I have now been at this little (well, maybe it’s not so little) project for about a month and a half and we have tackled nine projects. So far, most of my posts and thoughts have focused on my daughter, Abby, and how this is impacting and changing her. It recently struck me that the biggest change so far may actually be in myself.
For several years – probably since around the time I started having children – I have tried to focus more on service. The majority of the time, the ideas never really materialized into much. A few years ago I tried to start a service committee in our age group at church, but after a year it fizzled out. Since that time, I really hadn’t done much in the service area. I would do the yearly angel tree at Christmas and participate in one or two other service projects through the church during the year, but that was about it. Since I have started this project, I can really see a change in how I look at service and how I look for projects. Now I actively search for service projects and, more importantly, when I find something, I actually do it. I have a lot of stressful things going on in my life, but serving others makes me forget about them all. When I serve, I am happy.
The biggest change for me relates to the project I have planned for this Sunday. Believe it or not, I am planning to give blood at the blood drive at our church. This is something I never, in a million years, would have considered before I started this project. Anyone who knows me well knows that my needle phobia borders on the ridiculous. When I started college, I had to get a shot at orientation. Five minutes after the shot, I was pale white and dripping in cold sweat. I ultimately threw up and spent the next six hours in misery. I assumed it was a reaction to the shot. Later that year, I got my ears pierced. Same reaction. Now that I have had several surgeries and two babies, I have had to deal with a fair amount of needles. Through it all, I have discovered that a blood draw is okay, an IV nearly makes me pass out, and an epidural does make me pass out. I have some condition with a fancy medical name I can’t remember where my blood pressure tanks after I am stuck with a needle. It is frustrating and scary.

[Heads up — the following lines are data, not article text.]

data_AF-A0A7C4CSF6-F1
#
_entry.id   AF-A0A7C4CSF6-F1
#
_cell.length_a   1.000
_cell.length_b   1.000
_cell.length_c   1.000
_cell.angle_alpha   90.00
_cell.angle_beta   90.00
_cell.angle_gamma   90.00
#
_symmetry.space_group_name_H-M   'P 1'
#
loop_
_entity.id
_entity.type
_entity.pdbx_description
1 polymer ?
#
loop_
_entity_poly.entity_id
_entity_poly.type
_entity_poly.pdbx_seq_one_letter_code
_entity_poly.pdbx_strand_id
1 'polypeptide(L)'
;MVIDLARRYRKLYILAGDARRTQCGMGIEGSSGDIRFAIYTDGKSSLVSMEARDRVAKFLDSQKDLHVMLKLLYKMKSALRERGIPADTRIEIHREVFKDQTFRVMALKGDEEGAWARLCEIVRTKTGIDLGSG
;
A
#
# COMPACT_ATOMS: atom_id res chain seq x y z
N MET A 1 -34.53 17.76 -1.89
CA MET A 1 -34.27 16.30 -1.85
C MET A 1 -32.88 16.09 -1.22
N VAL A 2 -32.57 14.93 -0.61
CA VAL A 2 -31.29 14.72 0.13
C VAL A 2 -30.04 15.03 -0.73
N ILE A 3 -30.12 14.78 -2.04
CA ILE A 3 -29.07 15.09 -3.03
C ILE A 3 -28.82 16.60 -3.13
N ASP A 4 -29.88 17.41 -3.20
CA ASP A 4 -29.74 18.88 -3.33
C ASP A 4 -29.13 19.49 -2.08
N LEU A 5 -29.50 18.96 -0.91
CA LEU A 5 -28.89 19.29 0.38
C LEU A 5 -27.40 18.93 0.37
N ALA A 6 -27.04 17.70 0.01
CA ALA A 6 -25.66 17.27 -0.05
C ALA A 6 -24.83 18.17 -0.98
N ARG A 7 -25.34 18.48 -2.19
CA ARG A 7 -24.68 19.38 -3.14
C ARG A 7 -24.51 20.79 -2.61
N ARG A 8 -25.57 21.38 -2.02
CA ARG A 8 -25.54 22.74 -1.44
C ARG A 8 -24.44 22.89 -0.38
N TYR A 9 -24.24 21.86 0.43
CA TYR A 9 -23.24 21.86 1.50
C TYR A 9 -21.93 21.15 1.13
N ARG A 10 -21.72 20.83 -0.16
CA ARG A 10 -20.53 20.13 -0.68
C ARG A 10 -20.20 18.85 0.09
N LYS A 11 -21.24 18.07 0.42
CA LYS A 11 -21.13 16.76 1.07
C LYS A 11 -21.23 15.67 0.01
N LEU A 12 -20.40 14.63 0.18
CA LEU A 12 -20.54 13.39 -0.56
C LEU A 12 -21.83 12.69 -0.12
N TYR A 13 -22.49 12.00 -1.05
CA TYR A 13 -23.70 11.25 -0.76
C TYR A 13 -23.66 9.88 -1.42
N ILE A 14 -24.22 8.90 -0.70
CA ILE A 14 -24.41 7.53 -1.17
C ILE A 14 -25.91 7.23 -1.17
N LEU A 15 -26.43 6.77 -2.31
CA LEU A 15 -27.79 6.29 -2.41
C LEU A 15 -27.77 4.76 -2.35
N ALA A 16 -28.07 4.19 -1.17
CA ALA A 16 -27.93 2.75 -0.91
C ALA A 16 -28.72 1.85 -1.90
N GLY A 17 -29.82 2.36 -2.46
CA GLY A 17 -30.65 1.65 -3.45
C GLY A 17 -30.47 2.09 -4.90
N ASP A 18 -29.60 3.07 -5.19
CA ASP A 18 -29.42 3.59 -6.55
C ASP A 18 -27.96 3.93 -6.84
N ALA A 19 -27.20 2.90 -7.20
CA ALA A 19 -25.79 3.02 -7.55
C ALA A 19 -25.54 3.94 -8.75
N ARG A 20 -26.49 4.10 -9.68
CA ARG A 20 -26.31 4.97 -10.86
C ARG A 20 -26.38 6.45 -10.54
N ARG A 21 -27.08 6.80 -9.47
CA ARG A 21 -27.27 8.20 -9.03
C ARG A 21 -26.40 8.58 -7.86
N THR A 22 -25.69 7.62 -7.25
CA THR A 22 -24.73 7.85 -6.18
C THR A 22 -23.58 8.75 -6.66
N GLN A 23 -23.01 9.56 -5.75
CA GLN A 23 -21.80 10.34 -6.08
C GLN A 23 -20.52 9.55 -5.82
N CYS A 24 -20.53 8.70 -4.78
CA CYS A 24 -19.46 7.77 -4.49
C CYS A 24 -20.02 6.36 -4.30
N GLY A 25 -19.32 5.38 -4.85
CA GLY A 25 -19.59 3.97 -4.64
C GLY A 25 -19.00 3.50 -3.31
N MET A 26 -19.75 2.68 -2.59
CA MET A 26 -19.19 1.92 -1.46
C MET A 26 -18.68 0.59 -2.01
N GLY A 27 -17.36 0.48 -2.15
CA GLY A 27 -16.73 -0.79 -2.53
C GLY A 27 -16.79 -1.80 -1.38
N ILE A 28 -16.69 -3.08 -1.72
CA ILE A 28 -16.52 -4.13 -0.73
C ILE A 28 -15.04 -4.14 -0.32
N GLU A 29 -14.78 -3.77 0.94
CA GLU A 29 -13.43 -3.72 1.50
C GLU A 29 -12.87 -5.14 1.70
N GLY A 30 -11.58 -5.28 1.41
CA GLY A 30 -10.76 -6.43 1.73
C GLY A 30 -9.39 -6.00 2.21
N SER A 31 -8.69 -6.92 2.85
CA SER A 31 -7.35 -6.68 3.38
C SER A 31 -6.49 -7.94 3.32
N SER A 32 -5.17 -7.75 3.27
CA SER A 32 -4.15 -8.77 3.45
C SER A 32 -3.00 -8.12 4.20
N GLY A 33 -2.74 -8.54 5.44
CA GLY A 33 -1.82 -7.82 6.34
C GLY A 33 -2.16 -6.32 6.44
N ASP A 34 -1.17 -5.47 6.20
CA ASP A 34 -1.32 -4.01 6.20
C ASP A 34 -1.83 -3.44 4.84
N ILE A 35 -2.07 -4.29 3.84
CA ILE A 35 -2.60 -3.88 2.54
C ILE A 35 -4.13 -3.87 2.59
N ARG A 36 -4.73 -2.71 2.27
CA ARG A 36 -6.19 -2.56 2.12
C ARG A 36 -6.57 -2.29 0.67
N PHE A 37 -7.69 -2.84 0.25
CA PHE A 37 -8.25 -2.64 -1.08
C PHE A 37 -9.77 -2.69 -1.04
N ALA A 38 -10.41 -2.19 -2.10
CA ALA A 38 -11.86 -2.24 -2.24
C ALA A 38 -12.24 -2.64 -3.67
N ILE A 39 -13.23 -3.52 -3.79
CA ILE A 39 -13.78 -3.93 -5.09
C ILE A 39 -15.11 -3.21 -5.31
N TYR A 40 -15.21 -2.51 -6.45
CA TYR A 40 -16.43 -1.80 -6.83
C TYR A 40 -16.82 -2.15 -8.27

Last week, as I flipped through the bulletin at church, I saw the ad for next week’s blood drive. I found myself staring at the ad. When I left the church service to go pick up Abby (she can’t sit through the sermon yet, so I get her after), I found myself swinging by the table in the atrium and signing up for the blood drive. I also found myself asking, “What in the world is happening to me? I would NEVER do this!”
This morning, as we were driving to preschool, Abby asked when we could do another project. She went on to say that she wanted to go door to door again and say “Today is National Service Day. Do you have any food for the food pantry?” I explained that we probably would not do that project again for a while, but that we would do other projects. I then told her that I was going to donate blood this weekend. She asked what that meant, and I explained it. She completely flipped out and started crying! She repeatedly said, “No, I don’t like that project! It will hurt!” Even when I explained that she was not going to do it – I was – she kept crying that she did not like the project. I found myself explaining how great it would be to save someone’s life. The more I told her about giving blood, the more excited I got about it. Me – excited about giving blood – who would have ever thought? I did have to promise her that I would come up with another project – a pain-free project – for this weekend in order to get the crying to stop.
This Sunday morning, if you think about it, say a little prayer for me around 8:30 a.m., when I am scheduled to donate blood. Hopefully I will get through this one without incident so that I can continue to happily save lives in the future! And, for those of you that go to King of Glory, please consider joining me and making your own blood donation.